According to IDC, the worldwide market for converged mobile devices exceeded 20 million units during the fourth quarter of 2006, and over 80 million units for the year. Vendors shipped a total of 23.5 million devices during the fourth quarter of 2006, which is 33.5% more than the same quarter a year ago. For 2006, vendors shipped 80.5 million devices, 42.0% more than what they shipped in 2005.
IDC believes the growth was driven by substantially decreased price points and a greater selection of devices for consumers to chose from. Competitive pressures have driven price points below $200, making converged mobile devices more affordable to a broader base of users.
Today, vendors are focused on providing greater capabilities that differentiate their products while keeping costs in check. It’s not uncommon for a converged mobile device to pack multiple features, including an embedded camera, MP3 player, GPS capability, and an expandable memory card slot.
Looking ahead, IDC maintains a positive outlook for converged mobile devices. IDC expects lower prices and costs, coupled with raised interest among users, to continue to drive the market.
Top Five Converged Mobile Device Vendors – Q4 2006
- Nokia ended 2006 much the same way it began the year – as the undisputed leader in the industry. Nokia’s broad range of devices, ranging from the enterprise-oriented E-series to the multimedia-heavy N-series, has allowed the company to reach many users around the world. However, the company acknowledged that its presence among enterprise users, and among users in the Americas in general, had not lived up to expectations. To address these, Nokia announced several new E-series devices at 3GSM as well as the N75 targeted specifically for the Americas.
- Research In Motion, whose BlackBerry devices have long been associated with enterprise mobility, took second place for both the quarter and the year. Much attention during Q4 went to RIM’s BlackBerry 8100 Pearl, the company’s first with an embedded camera and multimedia player. While the Pearl represented a departure from RIM’s traditional models, its value proposition for enterprise connectivity and security remained the same – particularly, since IT managers could disable media features. RIM recently announced a follow up to the 8100, the 8800, which removes the embedded camera and includes a full QWERTY keyboard.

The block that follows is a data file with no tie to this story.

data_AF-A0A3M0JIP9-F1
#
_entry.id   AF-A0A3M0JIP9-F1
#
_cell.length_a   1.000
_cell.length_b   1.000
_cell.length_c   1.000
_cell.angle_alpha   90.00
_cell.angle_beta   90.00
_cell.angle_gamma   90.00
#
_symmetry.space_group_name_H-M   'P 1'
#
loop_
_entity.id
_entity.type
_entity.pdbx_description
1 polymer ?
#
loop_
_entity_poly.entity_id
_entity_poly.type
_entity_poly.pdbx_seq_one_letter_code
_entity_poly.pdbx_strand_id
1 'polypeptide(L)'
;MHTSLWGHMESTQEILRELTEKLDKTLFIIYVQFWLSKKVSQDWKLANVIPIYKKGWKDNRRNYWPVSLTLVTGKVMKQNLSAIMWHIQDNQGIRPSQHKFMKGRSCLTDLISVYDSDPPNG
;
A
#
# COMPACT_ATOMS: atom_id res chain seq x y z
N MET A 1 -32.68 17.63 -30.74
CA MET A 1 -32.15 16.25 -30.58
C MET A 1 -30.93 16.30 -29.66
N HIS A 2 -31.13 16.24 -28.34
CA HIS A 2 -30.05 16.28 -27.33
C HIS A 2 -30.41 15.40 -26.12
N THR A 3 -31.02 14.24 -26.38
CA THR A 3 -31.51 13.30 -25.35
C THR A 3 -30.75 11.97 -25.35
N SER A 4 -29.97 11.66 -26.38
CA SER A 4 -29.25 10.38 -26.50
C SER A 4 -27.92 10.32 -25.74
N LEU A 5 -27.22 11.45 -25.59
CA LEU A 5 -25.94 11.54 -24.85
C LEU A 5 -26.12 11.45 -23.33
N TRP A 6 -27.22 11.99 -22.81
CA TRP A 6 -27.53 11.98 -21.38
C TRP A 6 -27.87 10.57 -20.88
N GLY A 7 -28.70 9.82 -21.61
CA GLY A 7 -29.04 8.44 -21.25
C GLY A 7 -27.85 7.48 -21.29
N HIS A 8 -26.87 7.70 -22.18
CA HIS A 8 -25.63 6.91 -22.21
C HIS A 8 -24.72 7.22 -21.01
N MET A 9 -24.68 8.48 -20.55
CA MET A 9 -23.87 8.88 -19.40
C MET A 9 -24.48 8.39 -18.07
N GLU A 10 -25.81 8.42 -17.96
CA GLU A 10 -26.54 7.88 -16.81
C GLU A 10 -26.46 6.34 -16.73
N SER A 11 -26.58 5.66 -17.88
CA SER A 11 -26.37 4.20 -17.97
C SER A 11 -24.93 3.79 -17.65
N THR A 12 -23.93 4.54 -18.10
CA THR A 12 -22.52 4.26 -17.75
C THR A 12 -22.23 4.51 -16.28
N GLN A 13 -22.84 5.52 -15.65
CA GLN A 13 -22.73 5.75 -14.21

- Motorola improved its position as one of the worldwide leaders of converged mobile devices in 2006, thanks in large part to the success of its A1200 MING in China and the MotoQ in North America. The company expects the success of the MING to carry over into Latin America later in 2007, while two new MotoQ designs, one for North America and Europe and another for Asia and High-Growth Markets, were announced at 3GSM.
- Sharp was a relative newcomer to the converged mobile device space at the end of 2005, but has since released a new device each quarter in Japan. The introduction of its SH 903i during Q4 boosted volumes, enough for Sharp to grab a share of the number three spot with Motorola this quarter. For the full year, Sharp’s cumulative shipments were not enough for it to be counted among the top five vendors for 2006.
- Panasonic finished the quarter as the number five vendor worldwide, but was the only vendor among the top five to post negative year on year growth. Still, this represented a reversal in its pattern of steadily decreasing shipment volumes in Japan for the year. At the same time, Panasonic earned the honor of being the worldwide leader in Linux-based converged mobile devices for the quarter, with its P903i bringing up volumes this quarter.
Converged mobile devices are either voice- or data-centric and are capable of synchronizing personal information and/or email with server, desktop, or laptop computers. Positioned to answer the “multiple device question,” and replacing the need to carry a mobile phone and a pen-based handheld or a mobile phone and a pager, for example, these devices may also include an expanding list of features, such as multimedia or email. Such devices match wireless telephony capability to evolved operating systems or application environments, such as the Palm OS, Windows Mobile 5.0, and the Symbian platform, and include the ability to download data to local storage, run applications, and store user data beyond their required PIM capabilities.